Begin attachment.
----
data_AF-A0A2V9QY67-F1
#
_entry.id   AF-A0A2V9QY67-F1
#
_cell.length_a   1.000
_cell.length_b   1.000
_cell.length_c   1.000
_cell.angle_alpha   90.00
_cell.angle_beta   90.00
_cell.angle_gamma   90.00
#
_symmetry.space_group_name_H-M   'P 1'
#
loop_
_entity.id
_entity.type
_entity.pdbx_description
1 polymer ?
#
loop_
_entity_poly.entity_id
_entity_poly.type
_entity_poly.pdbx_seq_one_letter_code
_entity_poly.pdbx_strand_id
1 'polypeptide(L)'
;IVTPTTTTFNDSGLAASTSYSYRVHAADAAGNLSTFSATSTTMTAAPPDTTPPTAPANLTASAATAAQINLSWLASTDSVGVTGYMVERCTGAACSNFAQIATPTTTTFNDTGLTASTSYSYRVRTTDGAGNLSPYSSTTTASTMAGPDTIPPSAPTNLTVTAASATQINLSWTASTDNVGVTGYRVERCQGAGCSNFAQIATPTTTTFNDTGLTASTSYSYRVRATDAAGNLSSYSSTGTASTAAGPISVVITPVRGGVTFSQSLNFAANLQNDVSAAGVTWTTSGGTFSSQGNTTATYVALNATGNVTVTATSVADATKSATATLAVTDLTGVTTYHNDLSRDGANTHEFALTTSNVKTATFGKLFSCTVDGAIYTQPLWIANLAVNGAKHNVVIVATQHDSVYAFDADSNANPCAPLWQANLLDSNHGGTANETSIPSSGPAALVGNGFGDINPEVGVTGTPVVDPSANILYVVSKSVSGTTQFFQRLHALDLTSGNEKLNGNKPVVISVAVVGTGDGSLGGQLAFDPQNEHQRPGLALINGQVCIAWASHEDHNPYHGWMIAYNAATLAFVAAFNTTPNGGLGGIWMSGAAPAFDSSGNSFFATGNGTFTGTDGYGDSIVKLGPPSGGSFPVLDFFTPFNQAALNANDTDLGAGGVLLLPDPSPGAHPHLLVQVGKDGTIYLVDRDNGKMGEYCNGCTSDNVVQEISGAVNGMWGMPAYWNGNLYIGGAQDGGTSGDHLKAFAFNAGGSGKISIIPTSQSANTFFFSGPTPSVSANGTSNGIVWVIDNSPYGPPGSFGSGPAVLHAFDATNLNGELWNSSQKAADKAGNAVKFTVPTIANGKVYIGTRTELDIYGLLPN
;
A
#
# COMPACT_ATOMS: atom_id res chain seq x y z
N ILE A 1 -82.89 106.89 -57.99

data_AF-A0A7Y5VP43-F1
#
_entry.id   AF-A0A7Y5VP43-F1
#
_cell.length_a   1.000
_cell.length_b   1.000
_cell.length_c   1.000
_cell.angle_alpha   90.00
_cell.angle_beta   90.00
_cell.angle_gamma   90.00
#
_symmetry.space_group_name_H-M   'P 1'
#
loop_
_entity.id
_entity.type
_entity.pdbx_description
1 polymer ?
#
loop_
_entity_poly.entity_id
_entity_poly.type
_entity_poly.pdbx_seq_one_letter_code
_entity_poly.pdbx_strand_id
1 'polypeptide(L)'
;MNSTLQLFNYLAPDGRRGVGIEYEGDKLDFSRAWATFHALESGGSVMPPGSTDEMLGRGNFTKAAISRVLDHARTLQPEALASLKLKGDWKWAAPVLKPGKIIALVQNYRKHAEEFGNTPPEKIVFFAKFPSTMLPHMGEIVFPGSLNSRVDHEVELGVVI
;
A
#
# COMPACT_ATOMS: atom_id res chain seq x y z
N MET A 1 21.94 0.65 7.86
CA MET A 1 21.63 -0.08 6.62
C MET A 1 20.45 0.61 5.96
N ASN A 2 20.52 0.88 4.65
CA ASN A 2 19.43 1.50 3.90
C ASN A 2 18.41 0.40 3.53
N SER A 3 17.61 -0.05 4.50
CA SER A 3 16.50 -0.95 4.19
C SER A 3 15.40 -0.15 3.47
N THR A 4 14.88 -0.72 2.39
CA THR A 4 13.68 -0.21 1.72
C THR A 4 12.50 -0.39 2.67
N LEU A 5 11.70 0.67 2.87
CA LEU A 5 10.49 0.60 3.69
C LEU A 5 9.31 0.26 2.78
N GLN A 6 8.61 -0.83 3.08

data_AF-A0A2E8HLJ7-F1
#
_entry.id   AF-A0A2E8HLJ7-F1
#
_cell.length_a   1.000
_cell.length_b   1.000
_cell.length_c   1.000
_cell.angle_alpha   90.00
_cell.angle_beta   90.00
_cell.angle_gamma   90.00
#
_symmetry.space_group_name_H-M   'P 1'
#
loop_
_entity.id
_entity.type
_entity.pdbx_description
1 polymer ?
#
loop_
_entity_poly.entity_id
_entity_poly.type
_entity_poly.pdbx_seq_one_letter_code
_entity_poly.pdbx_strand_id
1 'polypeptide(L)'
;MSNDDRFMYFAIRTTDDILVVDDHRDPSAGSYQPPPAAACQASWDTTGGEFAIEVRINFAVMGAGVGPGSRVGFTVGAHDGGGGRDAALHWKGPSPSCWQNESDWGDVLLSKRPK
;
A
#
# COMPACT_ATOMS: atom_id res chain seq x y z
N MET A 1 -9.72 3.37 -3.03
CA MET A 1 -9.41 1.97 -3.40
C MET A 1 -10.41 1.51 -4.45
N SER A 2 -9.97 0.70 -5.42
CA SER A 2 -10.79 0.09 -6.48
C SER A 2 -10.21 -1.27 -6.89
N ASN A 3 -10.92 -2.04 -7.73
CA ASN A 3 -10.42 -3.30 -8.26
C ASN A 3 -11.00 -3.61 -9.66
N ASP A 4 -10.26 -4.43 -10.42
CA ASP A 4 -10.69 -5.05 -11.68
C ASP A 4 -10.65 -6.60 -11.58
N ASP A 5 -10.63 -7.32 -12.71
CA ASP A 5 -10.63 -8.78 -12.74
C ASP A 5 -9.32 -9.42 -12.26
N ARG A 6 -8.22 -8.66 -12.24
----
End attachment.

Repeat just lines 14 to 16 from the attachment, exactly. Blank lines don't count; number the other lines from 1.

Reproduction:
loop_
_entity.id
_entity.type